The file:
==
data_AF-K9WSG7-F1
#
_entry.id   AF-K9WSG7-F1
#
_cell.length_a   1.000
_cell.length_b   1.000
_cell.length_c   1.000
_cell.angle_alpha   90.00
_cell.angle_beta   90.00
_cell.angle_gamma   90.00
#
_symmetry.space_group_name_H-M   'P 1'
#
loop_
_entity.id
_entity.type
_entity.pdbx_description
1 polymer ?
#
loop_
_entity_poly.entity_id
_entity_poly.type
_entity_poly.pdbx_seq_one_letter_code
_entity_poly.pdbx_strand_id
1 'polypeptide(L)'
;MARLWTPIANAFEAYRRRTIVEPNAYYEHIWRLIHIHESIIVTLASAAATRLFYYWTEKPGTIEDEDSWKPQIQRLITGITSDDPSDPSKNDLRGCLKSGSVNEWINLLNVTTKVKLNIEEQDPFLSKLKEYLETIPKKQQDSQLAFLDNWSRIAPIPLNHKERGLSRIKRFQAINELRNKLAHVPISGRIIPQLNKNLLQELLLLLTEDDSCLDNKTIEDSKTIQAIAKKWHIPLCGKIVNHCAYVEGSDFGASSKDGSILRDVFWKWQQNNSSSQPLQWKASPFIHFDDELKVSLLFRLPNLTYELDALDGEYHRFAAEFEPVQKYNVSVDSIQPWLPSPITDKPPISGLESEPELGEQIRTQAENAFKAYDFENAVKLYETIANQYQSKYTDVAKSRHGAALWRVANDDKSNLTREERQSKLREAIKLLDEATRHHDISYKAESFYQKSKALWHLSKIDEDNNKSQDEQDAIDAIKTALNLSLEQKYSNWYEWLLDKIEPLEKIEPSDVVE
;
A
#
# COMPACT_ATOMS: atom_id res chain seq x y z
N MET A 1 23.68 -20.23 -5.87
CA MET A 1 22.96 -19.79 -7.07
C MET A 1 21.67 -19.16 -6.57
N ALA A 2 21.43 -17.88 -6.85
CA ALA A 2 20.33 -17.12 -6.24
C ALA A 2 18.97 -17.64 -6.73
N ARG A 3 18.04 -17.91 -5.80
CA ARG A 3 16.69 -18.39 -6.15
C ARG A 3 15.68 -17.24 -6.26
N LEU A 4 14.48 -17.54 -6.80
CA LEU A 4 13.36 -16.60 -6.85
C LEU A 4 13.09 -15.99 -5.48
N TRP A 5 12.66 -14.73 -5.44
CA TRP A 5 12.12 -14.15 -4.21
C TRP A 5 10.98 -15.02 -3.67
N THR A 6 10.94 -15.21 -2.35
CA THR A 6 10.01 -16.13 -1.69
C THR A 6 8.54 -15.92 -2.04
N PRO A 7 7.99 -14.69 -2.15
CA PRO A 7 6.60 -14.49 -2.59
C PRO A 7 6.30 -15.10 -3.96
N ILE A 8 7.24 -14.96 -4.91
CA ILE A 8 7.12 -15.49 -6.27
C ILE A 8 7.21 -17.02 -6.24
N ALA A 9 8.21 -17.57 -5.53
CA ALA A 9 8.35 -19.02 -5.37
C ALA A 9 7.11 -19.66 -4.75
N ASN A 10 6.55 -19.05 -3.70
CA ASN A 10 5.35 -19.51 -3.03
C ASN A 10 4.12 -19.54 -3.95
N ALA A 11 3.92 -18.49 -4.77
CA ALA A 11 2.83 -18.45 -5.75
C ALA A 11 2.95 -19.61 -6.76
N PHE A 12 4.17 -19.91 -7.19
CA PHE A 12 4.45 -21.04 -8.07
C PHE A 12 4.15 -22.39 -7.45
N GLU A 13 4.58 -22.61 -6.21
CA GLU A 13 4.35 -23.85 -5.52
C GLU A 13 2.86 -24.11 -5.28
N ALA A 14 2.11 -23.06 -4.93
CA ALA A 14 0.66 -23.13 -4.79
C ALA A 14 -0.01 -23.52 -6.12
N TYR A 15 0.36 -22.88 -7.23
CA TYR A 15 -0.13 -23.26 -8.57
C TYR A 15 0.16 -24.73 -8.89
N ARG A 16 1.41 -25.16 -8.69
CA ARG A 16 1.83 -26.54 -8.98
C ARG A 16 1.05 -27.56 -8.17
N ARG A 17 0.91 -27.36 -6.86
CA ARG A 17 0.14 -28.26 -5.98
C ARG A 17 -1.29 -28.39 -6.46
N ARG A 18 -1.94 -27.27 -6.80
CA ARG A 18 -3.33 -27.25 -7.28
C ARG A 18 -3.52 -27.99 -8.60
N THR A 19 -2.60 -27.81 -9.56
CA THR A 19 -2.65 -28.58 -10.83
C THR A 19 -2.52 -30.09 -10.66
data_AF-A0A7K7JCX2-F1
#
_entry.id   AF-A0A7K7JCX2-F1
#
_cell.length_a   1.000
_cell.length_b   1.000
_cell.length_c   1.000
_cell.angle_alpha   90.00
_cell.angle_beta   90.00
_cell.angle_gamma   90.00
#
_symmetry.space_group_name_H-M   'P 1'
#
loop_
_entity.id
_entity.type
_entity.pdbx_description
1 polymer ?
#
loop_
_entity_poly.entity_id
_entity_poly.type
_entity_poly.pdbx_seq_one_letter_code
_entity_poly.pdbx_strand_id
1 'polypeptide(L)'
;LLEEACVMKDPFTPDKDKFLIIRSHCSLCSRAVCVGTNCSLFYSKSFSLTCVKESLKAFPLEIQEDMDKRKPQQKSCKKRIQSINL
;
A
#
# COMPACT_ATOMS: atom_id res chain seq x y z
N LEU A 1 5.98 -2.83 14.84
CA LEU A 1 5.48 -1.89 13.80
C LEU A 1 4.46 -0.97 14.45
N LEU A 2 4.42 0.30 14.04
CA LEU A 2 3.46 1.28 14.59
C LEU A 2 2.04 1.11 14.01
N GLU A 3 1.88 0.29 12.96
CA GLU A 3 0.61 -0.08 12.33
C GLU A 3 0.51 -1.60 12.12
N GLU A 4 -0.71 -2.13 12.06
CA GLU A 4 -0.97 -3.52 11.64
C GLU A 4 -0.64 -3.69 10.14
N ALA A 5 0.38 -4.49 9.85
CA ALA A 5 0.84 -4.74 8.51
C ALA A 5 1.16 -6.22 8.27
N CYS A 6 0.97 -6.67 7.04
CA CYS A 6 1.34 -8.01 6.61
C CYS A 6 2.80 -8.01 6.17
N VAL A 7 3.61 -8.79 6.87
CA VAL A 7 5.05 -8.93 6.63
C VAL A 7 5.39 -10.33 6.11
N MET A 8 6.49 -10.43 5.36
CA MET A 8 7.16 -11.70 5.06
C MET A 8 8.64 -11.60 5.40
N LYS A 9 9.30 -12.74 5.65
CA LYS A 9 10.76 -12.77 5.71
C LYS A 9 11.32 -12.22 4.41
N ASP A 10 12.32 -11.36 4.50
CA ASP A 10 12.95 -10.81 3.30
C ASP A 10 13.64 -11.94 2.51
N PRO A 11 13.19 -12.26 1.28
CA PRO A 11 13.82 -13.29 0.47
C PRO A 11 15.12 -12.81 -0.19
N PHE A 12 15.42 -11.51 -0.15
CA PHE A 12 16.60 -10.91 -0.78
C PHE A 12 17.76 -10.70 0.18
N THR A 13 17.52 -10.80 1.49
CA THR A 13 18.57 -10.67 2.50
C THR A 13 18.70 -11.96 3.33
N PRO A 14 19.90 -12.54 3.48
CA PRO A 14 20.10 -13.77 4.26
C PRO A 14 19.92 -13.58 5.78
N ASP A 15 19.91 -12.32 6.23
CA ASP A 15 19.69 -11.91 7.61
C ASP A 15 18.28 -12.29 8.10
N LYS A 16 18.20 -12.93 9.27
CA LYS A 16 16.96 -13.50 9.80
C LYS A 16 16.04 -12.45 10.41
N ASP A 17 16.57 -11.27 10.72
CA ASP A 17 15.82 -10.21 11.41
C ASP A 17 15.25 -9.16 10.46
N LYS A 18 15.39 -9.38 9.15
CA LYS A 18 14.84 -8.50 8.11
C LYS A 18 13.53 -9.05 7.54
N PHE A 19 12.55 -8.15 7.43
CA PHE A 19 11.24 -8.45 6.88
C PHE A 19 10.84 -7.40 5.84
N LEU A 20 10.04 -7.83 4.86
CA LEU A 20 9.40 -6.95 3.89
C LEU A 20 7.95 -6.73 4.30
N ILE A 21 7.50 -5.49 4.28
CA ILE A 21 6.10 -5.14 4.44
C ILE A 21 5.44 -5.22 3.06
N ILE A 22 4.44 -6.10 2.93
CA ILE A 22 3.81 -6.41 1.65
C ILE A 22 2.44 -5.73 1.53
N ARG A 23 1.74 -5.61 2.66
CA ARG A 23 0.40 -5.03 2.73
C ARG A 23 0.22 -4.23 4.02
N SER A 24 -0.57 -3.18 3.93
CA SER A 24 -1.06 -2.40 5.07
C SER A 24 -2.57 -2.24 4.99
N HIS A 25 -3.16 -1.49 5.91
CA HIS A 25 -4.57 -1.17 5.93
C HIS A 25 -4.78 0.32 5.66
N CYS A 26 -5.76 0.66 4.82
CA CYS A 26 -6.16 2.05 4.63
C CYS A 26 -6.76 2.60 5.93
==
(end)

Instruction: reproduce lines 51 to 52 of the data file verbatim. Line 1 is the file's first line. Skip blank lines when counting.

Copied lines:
C PRO A 7 6.30 -15.10 -3.96
N ILE A 8 7.24 -14.96 -4.91